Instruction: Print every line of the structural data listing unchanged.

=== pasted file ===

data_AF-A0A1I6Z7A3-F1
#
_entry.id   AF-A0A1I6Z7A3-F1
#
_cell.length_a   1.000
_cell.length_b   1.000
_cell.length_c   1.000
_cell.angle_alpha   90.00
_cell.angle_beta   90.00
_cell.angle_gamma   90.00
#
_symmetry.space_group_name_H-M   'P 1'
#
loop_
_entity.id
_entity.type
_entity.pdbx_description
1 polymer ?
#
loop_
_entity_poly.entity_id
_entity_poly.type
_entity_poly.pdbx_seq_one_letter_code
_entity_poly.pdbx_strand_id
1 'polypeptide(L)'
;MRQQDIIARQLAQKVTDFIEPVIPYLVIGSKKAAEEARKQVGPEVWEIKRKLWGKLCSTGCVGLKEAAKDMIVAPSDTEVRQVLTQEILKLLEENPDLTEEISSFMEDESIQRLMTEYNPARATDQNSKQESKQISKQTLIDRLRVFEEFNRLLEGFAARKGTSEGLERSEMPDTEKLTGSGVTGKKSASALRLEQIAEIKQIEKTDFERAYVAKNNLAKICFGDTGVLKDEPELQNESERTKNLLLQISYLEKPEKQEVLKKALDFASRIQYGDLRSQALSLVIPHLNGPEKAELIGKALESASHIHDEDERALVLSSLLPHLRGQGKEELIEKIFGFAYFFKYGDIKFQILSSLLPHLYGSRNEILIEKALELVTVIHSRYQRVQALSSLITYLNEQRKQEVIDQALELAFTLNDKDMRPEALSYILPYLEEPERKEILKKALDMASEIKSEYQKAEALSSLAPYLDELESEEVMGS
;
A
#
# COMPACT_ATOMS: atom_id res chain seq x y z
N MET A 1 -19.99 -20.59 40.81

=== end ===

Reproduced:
data_AF-A0A1I6Z7A3-F1
#
_entry.id   AF-A0A1I6Z7A3-F1
#
_cell.length_a   1.000
_cell.length_b   1.000
_cell.length_c   1.000
_cell.angle_alpha   90.00
_cell.angle_beta   90.00
_cell.angle_gamma   90.00
#
_symmetry.space_group_name_H-M   'P 1'
#
loop_
_entity.id
_entity.type
_entity.pdbx_description
1 polymer ?
#
loop_
_entity_poly.entity_id
_entity_poly.type
_entity_poly.pdbx_seq_one_letter_code
_entity_poly.pdbx_strand_id
1 'polypeptide(L)'
;MRQQDIIARQLAQKVTDFIEPVIPYLVIGSKKAAEEARKQVGPEVWEIKRKLWGKLCSTGCVGLKEAAKDMIVAPSDTEVRQVLTQEILKLLEENPDLTEEISSFMEDESIQRLMTEYNPARATDQNSKQESKQISKQTLIDRLRVFEEFNRLLEGFAARKGTSEGLERSEMPDTEKLTGSGVTGKKSASALRLEQIAEIKQIEKTDFERAYVAKNNLAKICFGDTGVLKDEPELQNESERTKNLLLQISYLEKPEKQEVLKKALDFASRIQYGDLRSQALSLVIPHLNGPEKAELIGKALESASHIHDEDERALVLSSLLPHLRGQGKEELIEKIFGFAYFFKYGDIKFQILSSLLPHLYGSRNEILIEKALELVTVIHSRYQRVQALSSLITYLNEQRKQEVIDQALELAFTLNDKDMRPEALSYILPYLEEPERKEILKKALDMASEIKSEYQKAEALSSLAPYLDELESEEVMGS
;
A
#
# COMPACT_ATOMS: atom_id res chain seq x y z
N MET A 1 -19.99 -20.59 40.81